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It’s a Given: the State of Chinese Philanthropy

by Ida Knox

June 7, 2017

Last November 11th, as billions of dollars in sales were being racked up during Alibaba’s eighth annual Single’s Day online shopping spree, the company’s founder Jack Ma saw his name flying around the internet for a different reason: A child from a poor family with an uncanny resemblance to him had suddenly become an online viral sensation. Internet users throughout China were calling for Ma to help this “Mini-Ma,” culminating in reports that Ma had pledged to cover the cost of the child’s entire education through university.

The report turned out to be false, but the premature joy expressed at Ma’s supposed largesse served to highlight the shaky realities of charity in China. While China ranks second only to the US in number of billionaires, it ranks 144th out of 145 countries on the 2015 CAF World Giving Index, which measures engagement in charity and willingness to help strangers. Similarly, the Hurun Report, a Shanghai-based wealth-research firm, reported that in 2014 China’s top 100 philanthropists gave $3.2 billion—which sounds impressive until you learn that the sum is less than the amount given by just the top three givers in America.

And the philanthropy gap isn’t limited to China’s top 1%. China’s per capita GDP is about one-seventh of America’s, but according to the Economist, China’s per capita giving is roughly one-hundredth of America’s.

“This whole sector is underdeveloped compared to other sectors,” said Zhong Zhenxi, the Executive Director of Shanghai Roots and Shoots, the local branch of the global nonprofit focused on environmental education and humanitarian care.

The numbers aren’t encouraging, but there are reasons to believe philanthropy is on the rise in China. Although Jack Ma declined to fund the education of his diminutive double, he did host the inaugural Xin Philanthropy Conference in Hangzhou last year, which brought together luminaries like former UN Secretary General Ban Ki Moon to discuss philanthropy issues. Moreover, Ma created a charitable trust with a partner five months prior to Alibaba going public in 2014, seeded with $50 million in share options. Those trusts are now worth nearly $3.5 billion, and are doing tangible good, for example through its rural education projects, which subsidizes schools and cultivates teachers.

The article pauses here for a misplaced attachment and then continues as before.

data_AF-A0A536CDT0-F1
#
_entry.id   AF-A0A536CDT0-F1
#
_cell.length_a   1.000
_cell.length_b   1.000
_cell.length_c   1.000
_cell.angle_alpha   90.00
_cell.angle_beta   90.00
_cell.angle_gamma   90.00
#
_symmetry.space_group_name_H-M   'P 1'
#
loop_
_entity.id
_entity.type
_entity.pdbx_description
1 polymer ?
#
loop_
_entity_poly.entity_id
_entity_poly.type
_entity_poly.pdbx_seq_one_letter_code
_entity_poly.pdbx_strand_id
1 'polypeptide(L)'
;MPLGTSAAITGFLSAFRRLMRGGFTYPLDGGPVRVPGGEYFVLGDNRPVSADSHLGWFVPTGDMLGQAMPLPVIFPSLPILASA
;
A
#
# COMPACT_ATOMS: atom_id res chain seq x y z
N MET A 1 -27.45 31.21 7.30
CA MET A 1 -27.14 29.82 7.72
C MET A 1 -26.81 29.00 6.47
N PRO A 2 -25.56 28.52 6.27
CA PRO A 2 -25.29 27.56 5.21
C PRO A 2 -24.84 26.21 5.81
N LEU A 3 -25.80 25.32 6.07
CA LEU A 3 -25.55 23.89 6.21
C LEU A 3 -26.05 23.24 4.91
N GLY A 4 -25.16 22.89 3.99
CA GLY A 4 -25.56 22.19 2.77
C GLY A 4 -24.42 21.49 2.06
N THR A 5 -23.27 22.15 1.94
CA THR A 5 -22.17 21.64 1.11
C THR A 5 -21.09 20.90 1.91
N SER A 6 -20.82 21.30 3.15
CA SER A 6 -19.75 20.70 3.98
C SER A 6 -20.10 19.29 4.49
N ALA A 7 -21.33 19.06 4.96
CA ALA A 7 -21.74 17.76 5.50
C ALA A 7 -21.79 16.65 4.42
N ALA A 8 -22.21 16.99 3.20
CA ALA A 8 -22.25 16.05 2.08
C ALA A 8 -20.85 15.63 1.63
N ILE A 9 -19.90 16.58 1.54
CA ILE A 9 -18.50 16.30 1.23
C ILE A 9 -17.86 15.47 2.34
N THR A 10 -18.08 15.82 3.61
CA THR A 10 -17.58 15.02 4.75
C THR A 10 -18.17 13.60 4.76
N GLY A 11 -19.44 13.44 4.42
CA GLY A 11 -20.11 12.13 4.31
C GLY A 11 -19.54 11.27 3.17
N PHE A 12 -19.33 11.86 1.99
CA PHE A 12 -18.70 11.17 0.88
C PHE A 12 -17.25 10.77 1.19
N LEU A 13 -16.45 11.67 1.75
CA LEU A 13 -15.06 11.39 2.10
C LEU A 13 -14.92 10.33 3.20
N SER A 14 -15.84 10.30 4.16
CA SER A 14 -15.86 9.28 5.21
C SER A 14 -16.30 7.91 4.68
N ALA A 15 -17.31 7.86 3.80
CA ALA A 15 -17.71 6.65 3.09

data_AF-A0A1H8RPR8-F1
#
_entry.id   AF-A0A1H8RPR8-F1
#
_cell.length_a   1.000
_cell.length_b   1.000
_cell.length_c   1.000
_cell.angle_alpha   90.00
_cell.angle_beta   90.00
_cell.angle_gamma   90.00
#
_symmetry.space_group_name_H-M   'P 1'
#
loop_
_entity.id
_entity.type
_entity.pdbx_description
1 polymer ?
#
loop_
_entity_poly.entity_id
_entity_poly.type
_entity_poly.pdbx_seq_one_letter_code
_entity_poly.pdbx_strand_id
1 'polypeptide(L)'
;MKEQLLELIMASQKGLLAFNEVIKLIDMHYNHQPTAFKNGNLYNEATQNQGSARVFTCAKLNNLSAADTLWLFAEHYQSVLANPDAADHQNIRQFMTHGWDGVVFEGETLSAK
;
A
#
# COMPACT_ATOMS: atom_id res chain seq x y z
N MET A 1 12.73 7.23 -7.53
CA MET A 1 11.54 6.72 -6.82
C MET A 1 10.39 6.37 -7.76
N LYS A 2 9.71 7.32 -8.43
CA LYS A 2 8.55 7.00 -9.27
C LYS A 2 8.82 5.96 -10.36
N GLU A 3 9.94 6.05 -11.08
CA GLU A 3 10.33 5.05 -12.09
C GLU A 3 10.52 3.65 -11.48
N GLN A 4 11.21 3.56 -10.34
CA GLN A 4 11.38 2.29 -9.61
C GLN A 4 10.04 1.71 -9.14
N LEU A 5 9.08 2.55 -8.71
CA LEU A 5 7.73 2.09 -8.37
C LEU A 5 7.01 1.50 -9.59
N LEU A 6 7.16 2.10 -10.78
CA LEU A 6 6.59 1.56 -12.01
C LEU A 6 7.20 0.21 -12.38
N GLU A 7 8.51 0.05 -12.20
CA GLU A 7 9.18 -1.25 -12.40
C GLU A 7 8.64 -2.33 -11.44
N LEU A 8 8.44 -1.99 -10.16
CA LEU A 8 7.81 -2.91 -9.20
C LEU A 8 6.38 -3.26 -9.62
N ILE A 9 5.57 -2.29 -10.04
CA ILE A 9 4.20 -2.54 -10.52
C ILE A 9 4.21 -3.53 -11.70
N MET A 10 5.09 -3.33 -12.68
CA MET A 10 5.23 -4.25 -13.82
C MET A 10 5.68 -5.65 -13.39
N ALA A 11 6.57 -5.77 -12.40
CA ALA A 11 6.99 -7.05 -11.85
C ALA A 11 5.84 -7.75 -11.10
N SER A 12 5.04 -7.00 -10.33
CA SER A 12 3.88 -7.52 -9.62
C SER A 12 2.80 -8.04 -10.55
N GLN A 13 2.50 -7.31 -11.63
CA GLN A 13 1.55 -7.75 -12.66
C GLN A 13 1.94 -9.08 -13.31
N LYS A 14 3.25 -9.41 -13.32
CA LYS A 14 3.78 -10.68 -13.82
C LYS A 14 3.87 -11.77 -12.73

“Each rural teacher will be given 100,000 RMB ($14,454) and each rural schoolmaster will be given 500,000 RMB ($72,270),” says Ge Shangqing, who helps manage the effort. The grants give teachers that have shown outstanding commitment to education the means to continue their work. “Teachers and schoolmasters will also have access to skill improvement and leadership promotion training.”

State of Giving

One factor that plays into China’s low rank is relative poverty—until recently people simply did not have a lot of discretionary funds available to donate. In addition, generosity in China is different from the West.

“[Charity] was a concept that no one was familiar with,” says Zhong. “In our culture we understand that we’re supposed to help our family members and our neighbors, but to help people that are complete strangers to us, that’s not a custom.”

The question becomes how to translate a traditional cultural approach that stopped somewhere around kindness to the modern concept of charitable giving. This has been made more difficult by high-profile fraud cases.

“We have [had] some bad cases… that led to some distrust in the whole nonprofit sector,” Zhong says. “If there’s a scandal about any charity or any individual abusing another person’s kindness, it hurts us all.”

Few can forget Guo Meimei, a teenager in 2011 who caused one of the biggest scandals in the social media era by fraudulently claiming employment by the state-run Red Cross Society of China. More recently, tech giant Tencent launched its “99 Public Benefit Day” in 2015, a charity fundraising project that collected RMB 600 million in just three days, but faced heavy skepticism about where the money was really going, highlighting the problem of transparency.

“There’s a lot of suspicion in China around charity, more than a lot of other places that I’ve seen,” says Ange Cruz, former Director of Charity Link, an organization that provides networking opportunities for over 50 NGOs in the Shanghai region. “There have been a lot of scandals in the past, but also… people like to give a lot of credence to gossip here.”

Generosity is the Law